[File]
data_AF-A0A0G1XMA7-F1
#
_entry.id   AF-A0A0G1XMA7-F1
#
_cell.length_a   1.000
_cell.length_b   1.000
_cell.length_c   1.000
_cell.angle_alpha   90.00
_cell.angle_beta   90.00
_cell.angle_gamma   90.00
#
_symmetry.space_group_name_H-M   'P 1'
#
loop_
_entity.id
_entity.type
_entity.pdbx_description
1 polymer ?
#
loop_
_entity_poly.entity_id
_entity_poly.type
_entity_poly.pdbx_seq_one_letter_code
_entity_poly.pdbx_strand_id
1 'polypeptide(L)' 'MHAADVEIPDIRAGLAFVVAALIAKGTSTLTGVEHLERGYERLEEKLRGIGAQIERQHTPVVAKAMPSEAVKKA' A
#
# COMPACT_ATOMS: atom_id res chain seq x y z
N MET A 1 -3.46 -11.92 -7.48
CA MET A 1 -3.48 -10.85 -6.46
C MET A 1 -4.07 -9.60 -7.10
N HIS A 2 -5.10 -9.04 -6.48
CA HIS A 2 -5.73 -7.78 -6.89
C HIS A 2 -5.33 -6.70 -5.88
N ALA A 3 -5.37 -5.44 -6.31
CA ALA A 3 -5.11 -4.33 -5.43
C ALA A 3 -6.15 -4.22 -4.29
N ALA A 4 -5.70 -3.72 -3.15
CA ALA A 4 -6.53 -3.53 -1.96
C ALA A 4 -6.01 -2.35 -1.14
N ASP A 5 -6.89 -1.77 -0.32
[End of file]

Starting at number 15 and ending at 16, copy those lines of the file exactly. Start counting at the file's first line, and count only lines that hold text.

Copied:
_entity.id
_entity.type